6 Core eCommerce Design Principles for 2022
By Tim Frost, Creative Director, Whereoware
The calendar has flipped and you’re strategizing for the year ahead.
A word of advice? Put website design at the center of your digital strategy.
As the creative director for a leading digital marketing agency, I can say with confidence that user experience (UX) has never been more critical to eCommerce success. It’s not just me who thinks so. A poll of 8,000 Salesforce customers found: 84% of people say the user experience of a company is as important as the actual products and services offered. If that doesn’t reinforce the value of a strong UX, nothing will. I’ve seen UX’s influence firsthand with our clients. When their sites deliver a stellar UX and user interface (UI), success follows. But, how do you place UX firmly in your POV? Start with these six core e-commerce design principles for 2022:
I. Holistic / Multi-Channel Experiences
Is your brand recognizable and memorable to your customers everywhere they experience it? Are you telling a consistent story from your website to email, ads, and social?
Knowing who your audience is and how to target them—in a non-intrusive way—is vital and informs your overall UX strategy. With AI getting more powerful, it’s essential to leverage the right tools to help drive your customers’ decision-making at each touchpoint on their journey.
II. Filtering / Site Organization
Often overlooked, intuitive filtering and site organization are instrumental to a user’s website experience. This 1-2 punch affects how easily one can navigate your site to complete a goal (aka, it helps the user get what they want).
Your website’s taxonomy (i.e., how your site classifies each component) is the key here. Having a user-centered taxonomy will drive the discoverability of content and deeper engagement, while increasing a visitor’s ability to find what they are looking for and complete a purchase.
User experience of a company is as important as the actual products and services offered. If that doesn’t reinforce the value of a strong UX, nothing will.
- Tim Frost, Creative Director, Whereoware
III. Inventory Transparency
In 2021, “out of stock” became a common refrain, frustrating millions of consumers. Improving UX, like adding informative messaging and clear options, is one way to decrease this common frustration.
Inventory transparency puts some of the power back in their hands, with communications about in-stock vs. out-of-stock items, direct messaging, and badges on product pages helping to soothe their momentary pains.
Give your customers the ability to sign up and get notified when an item becomes available (which doubles as an opportunity to engage them later). Use product recommendations to guide the user away from out-of-stock products to similar, in-stock items, so they stay engaged with you.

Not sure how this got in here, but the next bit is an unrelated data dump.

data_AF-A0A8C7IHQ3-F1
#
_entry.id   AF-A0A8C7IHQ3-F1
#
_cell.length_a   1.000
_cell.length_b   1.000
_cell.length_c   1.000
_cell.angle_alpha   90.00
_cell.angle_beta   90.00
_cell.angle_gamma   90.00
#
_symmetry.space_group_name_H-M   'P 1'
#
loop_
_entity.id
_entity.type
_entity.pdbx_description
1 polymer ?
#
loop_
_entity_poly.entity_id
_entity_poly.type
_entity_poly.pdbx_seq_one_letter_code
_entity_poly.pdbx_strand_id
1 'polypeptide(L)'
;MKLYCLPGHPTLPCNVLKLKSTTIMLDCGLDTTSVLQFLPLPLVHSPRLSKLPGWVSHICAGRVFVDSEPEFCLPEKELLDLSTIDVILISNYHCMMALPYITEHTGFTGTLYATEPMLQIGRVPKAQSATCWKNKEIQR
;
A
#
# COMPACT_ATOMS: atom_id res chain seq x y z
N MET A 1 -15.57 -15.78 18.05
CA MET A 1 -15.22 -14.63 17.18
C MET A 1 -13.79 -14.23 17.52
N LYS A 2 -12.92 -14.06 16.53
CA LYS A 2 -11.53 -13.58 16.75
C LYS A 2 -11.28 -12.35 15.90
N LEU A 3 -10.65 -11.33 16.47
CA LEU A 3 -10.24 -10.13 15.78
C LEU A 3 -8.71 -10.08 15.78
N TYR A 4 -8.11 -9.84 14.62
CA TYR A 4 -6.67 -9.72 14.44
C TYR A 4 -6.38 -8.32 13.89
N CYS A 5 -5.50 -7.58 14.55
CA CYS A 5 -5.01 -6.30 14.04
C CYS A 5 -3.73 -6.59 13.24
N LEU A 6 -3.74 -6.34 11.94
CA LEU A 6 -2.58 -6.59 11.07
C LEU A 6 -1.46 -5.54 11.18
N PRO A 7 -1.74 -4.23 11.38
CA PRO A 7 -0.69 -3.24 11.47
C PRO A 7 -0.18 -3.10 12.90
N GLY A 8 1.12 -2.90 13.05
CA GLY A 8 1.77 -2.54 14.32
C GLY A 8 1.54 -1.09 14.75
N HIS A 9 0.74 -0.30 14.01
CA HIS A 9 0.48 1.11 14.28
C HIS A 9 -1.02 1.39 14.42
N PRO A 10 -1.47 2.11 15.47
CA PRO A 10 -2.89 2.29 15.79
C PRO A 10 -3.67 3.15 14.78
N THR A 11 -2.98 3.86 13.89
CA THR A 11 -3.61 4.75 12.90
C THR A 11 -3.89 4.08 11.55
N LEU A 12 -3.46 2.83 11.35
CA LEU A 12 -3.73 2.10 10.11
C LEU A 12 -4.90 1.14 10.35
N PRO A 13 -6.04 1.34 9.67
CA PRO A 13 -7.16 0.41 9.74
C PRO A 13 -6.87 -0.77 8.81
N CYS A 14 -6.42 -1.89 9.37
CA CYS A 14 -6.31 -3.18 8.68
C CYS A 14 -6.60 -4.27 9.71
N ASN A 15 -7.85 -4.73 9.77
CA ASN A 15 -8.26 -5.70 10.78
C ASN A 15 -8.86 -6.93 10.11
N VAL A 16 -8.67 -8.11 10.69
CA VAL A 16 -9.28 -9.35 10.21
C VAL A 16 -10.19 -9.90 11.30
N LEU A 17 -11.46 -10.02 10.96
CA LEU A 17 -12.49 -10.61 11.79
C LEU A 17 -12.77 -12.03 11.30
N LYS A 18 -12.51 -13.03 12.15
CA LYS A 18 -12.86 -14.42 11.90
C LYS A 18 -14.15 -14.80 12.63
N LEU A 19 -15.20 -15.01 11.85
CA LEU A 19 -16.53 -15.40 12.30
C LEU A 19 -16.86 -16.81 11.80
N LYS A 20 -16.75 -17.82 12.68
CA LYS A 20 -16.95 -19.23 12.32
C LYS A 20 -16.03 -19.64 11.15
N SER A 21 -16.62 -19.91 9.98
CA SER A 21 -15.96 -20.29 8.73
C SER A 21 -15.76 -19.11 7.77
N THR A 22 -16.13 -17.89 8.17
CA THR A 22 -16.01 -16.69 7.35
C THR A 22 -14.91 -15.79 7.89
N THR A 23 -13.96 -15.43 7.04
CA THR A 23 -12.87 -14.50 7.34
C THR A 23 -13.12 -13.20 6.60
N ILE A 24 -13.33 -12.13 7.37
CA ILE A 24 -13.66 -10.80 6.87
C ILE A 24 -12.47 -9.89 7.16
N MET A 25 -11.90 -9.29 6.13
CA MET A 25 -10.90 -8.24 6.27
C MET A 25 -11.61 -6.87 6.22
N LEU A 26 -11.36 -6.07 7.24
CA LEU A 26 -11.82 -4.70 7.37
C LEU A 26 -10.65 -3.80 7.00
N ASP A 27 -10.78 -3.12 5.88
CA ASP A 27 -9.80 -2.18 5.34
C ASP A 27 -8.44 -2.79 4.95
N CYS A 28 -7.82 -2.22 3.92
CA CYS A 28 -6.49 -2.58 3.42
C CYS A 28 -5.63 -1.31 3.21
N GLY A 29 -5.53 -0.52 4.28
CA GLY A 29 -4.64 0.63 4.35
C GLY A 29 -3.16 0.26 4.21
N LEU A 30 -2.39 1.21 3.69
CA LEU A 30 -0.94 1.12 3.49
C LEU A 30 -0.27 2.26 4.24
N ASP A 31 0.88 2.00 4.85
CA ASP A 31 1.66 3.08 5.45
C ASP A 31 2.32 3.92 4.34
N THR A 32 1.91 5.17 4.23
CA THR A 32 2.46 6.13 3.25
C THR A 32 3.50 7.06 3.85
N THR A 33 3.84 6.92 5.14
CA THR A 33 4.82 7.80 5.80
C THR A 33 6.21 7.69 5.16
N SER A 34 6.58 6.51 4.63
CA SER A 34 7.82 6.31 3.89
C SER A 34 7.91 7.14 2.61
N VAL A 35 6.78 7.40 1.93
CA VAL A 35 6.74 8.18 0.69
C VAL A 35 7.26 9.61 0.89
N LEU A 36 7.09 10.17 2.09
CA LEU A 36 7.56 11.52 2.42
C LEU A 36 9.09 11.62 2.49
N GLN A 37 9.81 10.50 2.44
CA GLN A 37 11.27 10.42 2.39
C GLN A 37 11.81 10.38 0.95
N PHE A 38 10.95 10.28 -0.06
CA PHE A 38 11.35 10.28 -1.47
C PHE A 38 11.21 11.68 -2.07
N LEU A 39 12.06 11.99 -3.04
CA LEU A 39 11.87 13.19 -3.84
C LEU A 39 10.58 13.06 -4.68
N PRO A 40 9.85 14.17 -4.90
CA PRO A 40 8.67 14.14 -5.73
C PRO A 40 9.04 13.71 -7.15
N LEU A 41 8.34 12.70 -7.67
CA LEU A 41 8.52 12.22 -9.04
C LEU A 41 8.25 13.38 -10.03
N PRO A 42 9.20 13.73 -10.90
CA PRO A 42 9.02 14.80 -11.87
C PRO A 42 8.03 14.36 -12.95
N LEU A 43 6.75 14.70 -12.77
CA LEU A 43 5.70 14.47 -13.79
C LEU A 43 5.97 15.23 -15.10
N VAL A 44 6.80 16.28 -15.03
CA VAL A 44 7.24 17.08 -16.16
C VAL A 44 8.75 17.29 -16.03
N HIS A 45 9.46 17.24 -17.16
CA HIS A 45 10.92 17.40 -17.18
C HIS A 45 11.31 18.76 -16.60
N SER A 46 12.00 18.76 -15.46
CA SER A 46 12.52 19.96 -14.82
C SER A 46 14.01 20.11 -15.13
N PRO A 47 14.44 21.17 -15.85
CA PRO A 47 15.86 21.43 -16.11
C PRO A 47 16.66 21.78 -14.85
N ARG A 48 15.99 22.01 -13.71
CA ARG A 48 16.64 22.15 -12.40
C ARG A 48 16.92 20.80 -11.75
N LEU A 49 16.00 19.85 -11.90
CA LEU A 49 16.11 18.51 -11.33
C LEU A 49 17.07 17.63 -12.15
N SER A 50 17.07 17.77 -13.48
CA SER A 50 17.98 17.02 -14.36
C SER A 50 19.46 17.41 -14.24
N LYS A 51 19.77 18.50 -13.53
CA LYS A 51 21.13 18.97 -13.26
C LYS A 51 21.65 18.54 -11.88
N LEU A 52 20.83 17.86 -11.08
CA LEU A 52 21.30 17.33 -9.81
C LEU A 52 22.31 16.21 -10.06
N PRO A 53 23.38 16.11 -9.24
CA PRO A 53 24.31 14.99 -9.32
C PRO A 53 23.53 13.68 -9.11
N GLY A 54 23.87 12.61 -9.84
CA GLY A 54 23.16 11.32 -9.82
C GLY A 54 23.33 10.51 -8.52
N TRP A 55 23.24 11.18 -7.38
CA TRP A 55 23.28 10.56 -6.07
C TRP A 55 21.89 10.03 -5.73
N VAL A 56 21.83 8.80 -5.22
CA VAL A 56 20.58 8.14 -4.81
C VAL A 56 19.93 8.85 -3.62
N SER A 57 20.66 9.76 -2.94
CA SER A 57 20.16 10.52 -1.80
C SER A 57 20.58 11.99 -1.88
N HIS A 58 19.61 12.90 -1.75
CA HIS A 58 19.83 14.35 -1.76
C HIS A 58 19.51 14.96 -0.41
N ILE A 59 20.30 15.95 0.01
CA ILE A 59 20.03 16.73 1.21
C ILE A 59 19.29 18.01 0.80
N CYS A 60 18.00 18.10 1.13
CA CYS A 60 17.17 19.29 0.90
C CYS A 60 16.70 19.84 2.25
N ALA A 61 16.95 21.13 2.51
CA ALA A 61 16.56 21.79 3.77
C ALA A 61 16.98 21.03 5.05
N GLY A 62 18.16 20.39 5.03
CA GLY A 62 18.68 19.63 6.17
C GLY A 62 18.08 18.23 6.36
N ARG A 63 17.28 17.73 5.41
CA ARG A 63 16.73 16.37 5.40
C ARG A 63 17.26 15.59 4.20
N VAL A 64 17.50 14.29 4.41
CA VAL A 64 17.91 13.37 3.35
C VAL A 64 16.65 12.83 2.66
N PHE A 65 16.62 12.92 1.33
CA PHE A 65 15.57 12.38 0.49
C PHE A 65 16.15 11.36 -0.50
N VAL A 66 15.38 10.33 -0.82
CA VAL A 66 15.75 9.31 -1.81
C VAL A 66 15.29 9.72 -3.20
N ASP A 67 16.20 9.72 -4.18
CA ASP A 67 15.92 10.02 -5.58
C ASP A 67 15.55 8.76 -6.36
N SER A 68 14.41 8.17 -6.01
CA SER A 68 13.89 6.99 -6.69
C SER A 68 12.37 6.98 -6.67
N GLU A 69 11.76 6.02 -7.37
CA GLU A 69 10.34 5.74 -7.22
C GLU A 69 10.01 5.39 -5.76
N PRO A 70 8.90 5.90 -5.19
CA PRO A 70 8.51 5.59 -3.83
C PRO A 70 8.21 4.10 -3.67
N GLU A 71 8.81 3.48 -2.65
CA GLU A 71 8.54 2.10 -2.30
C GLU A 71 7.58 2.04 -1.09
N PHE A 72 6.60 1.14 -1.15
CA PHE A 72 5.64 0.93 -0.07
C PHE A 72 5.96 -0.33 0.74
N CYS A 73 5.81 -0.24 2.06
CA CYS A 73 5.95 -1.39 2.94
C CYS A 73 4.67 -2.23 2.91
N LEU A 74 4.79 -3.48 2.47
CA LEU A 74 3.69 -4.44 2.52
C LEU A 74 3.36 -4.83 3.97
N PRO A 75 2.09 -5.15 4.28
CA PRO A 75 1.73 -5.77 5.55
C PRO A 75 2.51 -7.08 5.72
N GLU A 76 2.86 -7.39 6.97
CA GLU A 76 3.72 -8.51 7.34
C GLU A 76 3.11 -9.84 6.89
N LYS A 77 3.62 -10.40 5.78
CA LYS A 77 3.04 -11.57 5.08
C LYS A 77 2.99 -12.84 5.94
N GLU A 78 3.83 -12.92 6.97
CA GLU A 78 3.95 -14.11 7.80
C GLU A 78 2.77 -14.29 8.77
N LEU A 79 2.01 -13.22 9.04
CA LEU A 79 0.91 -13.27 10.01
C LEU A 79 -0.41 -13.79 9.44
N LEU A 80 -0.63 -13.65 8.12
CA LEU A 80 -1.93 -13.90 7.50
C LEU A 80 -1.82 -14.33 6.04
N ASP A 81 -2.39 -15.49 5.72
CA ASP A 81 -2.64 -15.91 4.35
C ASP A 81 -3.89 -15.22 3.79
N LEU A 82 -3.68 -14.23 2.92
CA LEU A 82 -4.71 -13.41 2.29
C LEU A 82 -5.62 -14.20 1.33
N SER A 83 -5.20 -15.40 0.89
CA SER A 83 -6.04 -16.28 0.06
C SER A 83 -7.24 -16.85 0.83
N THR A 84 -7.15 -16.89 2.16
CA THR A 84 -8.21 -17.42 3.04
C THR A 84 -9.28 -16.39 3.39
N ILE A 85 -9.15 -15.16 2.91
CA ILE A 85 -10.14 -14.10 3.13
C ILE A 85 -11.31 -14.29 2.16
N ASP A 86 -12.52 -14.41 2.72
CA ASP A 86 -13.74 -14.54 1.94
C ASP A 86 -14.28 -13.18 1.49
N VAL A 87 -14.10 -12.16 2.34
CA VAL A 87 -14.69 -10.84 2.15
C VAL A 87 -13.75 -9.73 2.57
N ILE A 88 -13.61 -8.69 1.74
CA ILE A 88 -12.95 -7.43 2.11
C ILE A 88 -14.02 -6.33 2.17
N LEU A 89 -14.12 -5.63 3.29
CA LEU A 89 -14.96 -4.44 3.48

IV. Accessibility & Inclusivity
Accessibility and inclusivity extend beyond, race, gender neutrality, culture, and ability. You need to make sure all users can engage with your website. For example, are the color contrasts and visual indicators of links and buttons on your site viewable to everyone? They need to be.
Here’s more information on how to use manual and automated testing methods to create accessible websites.
Microinteractions are those small moments that make your design more human and user friendly. They provide immediate feedback to the user based on their interaction with the design.
Examples include hover effects or showing alternate product images. Microinteractions can also be used to provide shortcuts for “add to list” or “add to cart” that can help accelerate the user experience.
Sometimes it really is the little things that matter.
Experimentation is an excellent way to learn more about your audience and what type of messaging and imagery resonates with them. Test and test again, we say.
Using tools to help facilitate your testing, then gathering that data to better inform your design, content, and future strategies is the only way to take sure-footed steps forward.
VII. Connect the Dots
Ace these core design principles in the new year and you can expect a smoother road to success. We’ve seen it work time and time again for our clients. You’ve got this!
Tim Frost is the Creative Director at Whereoware, an award-winning, full-service digital marketing agency in Chantilly, VA. In 15+ years of industry experience, Tim has guided major clients like Cuisinart and Yamaha to measurable success, fueled by his expertise in design, data, and cultivating great relationships.